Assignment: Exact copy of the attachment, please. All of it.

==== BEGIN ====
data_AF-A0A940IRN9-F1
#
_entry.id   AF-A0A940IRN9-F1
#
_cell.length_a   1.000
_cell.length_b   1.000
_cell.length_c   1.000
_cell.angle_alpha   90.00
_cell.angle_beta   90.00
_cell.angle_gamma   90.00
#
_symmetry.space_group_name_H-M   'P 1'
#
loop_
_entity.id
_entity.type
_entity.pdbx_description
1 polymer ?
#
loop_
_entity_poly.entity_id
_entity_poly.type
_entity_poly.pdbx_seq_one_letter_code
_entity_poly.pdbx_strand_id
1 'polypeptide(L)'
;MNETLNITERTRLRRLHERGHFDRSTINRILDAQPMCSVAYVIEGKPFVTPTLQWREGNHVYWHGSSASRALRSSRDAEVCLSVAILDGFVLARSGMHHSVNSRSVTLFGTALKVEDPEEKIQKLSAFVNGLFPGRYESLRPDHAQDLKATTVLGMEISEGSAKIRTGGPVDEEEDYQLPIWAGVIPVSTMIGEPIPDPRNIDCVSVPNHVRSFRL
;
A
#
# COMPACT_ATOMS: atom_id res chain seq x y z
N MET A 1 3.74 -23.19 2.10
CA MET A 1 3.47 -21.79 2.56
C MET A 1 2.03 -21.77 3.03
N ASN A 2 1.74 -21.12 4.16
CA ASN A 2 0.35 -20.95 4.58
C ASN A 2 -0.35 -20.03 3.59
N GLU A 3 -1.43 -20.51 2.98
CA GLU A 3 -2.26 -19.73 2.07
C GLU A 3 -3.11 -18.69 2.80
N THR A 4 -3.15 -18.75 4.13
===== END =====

data_AF-A0A940IRN9-F1
#
_entry.id   AF-A0A940IRN9-F1
#
_cell.length_a   1.000
_cell.length_b   1.000
_cell.length_c   1.000
_cell.angle_alpha   90.00
_cell.angle_beta   90.00
_cell.angle_gamma   90.00
#
_symmetry.space_group_name_H-M   'P 1'
#
loop_
_entity.id
_entity.type
_entity.pdbx_description
1 polymer ?
#
loop_
_entity_poly.entity_id
_entity_poly.type
_entity_poly.pdbx_seq_one_letter_code
_entity_poly.pdbx_strand_id
1 'polypeptide(L)'
;MNETLNITERTRLRRLHERGHFDRSTINRILDAQPMCSVAYVIEGKPFVTPTLQWREGNHVYWHGSSASRALRSSRDAEVCLSVAILDGFVLARSGMHHSVNSRSVTLFGTALKVEDPEEKIQKLSAFVNGLFPGRYESLRPDHAQDLKATTVLGMEISEGSAKIRTGGPVDEEEDYQLPIWAGVIPVSTMIGEPIPDPRNIDCVSVPNHVRSFRL
;
A
#
# COMPACT_ATOMS: atom_id res chain seq x y z
N MET A 1 3.74 -23.19 2.10
CA MET A 1 3.47 -21.79 2.56
C MET A 1 2.03 -21.77 3.03
N ASN A 2 1.74 -21.12 4.16
CA ASN A 2 0.35 -20.95 4.58
C ASN A 2 -0.35 -20.03 3.59
N GLU A 3 -1.43 -20.51 2.98
CA GLU A 3 -2.26 -19.73 2.07
C GLU A 3 -3.11 -18.69 2.80
N THR A 4 -3.15 -18.75 4.13